Han’s research includes sixty online and offline interviews with forum managers, forum users, media professionals, and scholars. In these semi-structured interviews Han found that some were reluctant to speak and found their reluctance to be noteworthy data. Han also used in-depth online ethnographic work involving observation and limited interaction with participants on selected international sites (e.g. overseas Chinese forums, and domestic forums (such as,,, a.k.a. Qiangguo Lutan, and In addition, Han enquires into media reports, official documents, some leaked, and scholarly studies to supplement the data.

Regarding method and data, in chapter seven, Han references that he discovered the VFCA via his guerilla ethnography techniques citing Guobin Yang’s work entitled “The Internet and the Rise of a Transnational Chinese Cultural Sphere” published in “Media, Culture & Society” in 2003. Although I personally appreciate that the book does not diverse into lengthy methodology discussions, as this makes the work more accessible, a term like guerilla ethnography needs unpacking as Yang’s discussion is succinct and selective. Some researchers describe multilayered intricate protocols as guerilla ethnography just as I have heard others critically minded scholars deploy the label colloquially to denote breaking from more established practices to account for the novel, unexpected, and extraordinary factors found in the field. In addition, guerilla ethnography sources formulated prior to the proliferation of online research might have built in assumptions about the field as a real public place in real time and the sites that Han studies are qualified public places albeit, ones where the participants do not have to occupy the same time and place.

The point here is that theories like guerilla ethnography are well suited to online research; however, a discussion of the gaps experiences and discoveries made in applying these techniques online is necessary. Moreover, it would be interesting to know more about Han’s relationships with some of the interviewees regarding how he built trust and secured disclosure. That said, I do understand his positioning of himself as a non-participant observer in his online research field (i.e. sometimes called lurkers) and thus letting the data, or in the case of interpretive findings, capta, be the focus. I also make these points at the same time that I note that Han’s brevity in his discussions of methods does make the work more practically readable.

Overall, Han discusses the impact of the Internet on Chinese politics in more complex ways than what is currently seen in the existing literature (as an illustration, positioning the state and society in opposition to each other with alternate perspectives on one or the other being in the dominant position). Han argues that such oppositional dialectics are too simplistic and ignore the complexities of Chinese politics, society, and Internet use(rs). In fact, Han’s analysis separates the Chinese-Party state and state internet regulation agencies in order to show that both governance structures are fractured, and not just the former as most research fails to recognize administrative and ideological fragmentation in both. This multilayered fracturing further complicates one’s experience of Chinese cyberspace. Han highlights how one’s experience of Chinese cyberspace is by consequence also fractured and fragmented for different users depending on the tools one has mastered to access and disseminate information but also the agencies, policies, and intermediaries overseeing one’s corner of the Internet, and the government’s changing emphasis on different aspects of censorship (e.g. 2009’s crackdown on online pornography, 2018’s crackdown on gay identity pride content on sites like Sina Weibo).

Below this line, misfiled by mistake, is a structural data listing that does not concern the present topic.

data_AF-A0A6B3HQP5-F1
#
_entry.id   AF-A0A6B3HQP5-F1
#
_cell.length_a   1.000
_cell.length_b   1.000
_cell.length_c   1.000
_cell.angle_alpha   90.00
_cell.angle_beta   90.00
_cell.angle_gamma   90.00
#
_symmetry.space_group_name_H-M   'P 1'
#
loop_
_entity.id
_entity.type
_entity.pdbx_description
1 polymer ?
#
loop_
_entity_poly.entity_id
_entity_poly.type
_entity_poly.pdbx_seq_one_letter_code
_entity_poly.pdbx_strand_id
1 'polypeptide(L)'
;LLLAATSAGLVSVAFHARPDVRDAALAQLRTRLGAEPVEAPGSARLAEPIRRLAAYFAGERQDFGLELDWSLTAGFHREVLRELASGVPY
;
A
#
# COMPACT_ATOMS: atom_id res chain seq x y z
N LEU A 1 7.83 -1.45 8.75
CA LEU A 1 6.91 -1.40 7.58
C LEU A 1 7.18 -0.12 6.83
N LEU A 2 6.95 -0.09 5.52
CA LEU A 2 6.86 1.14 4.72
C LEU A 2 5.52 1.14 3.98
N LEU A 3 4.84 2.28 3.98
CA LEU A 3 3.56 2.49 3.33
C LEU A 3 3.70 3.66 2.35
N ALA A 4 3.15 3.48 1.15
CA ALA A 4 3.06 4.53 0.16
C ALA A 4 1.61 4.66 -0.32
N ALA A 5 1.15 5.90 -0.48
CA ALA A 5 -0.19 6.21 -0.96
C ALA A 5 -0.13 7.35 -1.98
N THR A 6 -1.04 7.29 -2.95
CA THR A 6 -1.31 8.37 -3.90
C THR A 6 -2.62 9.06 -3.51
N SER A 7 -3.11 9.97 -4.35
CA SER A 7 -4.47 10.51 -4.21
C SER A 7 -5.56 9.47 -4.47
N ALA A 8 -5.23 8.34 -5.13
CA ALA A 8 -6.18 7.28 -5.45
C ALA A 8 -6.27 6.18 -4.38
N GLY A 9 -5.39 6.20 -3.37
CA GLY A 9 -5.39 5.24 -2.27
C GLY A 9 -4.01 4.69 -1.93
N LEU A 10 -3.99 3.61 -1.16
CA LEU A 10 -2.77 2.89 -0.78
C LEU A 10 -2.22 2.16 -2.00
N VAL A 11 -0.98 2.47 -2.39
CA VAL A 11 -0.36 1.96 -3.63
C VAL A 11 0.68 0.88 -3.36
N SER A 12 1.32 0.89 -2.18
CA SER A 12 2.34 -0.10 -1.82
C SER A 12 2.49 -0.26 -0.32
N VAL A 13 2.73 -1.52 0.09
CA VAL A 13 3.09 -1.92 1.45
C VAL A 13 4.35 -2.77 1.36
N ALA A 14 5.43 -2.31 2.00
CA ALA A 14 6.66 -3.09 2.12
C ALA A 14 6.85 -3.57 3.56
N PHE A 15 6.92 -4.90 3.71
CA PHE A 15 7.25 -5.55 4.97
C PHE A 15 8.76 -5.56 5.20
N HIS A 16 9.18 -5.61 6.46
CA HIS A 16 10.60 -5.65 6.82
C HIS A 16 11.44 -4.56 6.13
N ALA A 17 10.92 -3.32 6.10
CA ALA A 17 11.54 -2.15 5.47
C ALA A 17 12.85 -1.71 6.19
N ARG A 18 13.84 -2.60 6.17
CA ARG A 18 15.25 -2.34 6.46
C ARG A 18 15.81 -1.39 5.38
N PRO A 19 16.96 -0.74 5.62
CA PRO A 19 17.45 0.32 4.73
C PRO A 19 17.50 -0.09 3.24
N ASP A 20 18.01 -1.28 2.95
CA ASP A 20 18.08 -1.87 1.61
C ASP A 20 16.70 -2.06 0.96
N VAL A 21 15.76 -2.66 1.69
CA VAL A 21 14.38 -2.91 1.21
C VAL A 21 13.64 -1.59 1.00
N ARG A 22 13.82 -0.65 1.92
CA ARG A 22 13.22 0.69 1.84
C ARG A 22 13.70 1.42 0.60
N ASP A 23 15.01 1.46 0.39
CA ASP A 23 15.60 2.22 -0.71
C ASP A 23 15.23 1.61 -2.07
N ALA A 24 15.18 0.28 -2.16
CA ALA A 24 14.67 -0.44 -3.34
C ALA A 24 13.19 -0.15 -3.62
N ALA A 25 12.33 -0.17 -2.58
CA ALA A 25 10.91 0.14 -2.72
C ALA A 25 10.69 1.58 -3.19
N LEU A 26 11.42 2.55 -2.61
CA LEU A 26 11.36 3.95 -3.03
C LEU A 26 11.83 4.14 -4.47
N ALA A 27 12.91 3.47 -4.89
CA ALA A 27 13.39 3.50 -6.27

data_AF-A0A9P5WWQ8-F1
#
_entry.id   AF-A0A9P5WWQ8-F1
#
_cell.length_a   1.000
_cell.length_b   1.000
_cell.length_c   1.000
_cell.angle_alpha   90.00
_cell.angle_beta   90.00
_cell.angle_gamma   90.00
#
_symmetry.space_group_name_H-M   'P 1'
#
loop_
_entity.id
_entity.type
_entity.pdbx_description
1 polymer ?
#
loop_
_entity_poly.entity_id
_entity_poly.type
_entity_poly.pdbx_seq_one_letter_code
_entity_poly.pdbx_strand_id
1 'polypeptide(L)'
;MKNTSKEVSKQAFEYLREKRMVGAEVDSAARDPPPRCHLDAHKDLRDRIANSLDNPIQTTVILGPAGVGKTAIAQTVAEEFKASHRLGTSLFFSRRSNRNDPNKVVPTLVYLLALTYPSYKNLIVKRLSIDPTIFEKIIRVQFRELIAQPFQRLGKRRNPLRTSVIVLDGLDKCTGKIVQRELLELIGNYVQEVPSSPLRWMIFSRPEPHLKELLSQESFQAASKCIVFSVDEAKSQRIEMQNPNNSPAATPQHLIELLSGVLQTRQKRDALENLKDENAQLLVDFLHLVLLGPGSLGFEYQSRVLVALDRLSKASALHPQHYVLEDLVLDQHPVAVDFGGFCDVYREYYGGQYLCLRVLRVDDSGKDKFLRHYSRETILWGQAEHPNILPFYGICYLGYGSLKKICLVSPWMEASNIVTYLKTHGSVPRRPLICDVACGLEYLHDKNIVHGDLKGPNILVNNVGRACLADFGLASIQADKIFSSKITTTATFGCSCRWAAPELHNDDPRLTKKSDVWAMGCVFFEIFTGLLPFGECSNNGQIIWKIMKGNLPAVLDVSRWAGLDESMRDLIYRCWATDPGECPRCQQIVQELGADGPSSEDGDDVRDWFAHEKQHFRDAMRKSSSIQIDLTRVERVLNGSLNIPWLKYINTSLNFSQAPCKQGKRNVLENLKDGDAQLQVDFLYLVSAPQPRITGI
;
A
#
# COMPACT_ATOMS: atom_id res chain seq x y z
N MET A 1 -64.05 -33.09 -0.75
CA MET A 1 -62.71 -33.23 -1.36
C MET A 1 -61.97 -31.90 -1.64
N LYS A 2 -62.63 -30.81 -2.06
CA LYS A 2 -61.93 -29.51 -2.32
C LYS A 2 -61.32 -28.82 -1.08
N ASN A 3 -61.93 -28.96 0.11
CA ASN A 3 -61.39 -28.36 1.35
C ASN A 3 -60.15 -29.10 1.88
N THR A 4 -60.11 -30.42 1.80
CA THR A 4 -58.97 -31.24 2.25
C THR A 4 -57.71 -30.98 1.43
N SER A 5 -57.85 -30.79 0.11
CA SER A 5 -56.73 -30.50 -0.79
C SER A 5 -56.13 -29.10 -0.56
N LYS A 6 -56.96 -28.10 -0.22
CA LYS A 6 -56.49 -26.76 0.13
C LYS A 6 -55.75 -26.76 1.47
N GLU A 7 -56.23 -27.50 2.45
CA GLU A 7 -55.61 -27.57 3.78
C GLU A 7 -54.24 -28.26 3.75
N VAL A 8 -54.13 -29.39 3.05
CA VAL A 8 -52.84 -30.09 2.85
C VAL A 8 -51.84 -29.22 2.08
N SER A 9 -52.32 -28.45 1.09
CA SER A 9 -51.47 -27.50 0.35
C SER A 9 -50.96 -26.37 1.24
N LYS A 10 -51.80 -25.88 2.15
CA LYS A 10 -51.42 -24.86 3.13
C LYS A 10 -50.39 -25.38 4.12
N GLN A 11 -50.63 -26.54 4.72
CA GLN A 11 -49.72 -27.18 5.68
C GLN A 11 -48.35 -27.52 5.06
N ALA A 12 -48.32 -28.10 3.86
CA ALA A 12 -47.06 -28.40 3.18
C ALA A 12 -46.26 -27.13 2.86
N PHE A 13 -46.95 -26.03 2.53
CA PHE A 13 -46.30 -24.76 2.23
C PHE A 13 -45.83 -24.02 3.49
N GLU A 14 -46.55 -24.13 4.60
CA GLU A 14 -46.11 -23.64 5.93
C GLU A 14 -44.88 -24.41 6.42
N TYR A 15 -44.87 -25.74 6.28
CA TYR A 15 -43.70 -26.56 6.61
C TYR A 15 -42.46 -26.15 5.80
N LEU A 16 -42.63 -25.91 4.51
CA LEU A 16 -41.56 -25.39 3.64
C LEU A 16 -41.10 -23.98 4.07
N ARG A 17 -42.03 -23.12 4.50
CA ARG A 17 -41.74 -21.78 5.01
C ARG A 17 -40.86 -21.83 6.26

In sum, Han’s work dissuades us from simplistic dyadic thinking on Chinese cyberspace and too surely from predicting political futures in the PRC. Han’s depth of information is completely appropriate for a book of this type in that it is detailed to explore the subject; however, does not belabor the subject thus the author clearly understands the process of revising a dissertation into a monograph. Interestingly, while Han’s research is directed at better understanding the interplay of cyber-discourse and politics in China, this reader cannot help but wonder how works like this might be adopted by authoritarian or totalitarian regimes to enhance their official control over the Internet discourse. In other words, will this book and others like it, be the guidebook for developing FCA 2.0? In terms of readership, this work is written by a Political Scientist with research interests in social activism, Internet politics, political participation, and democratization/authoritarianism and thus the book fits readers with these interests. At the same time, academic and non-academic readers interested in Censorship, Communications/Communication Studies, Cultural Studies, Cyberspace Studies, and Media Policy Studies will appreciate Han’s multifaceted analysis.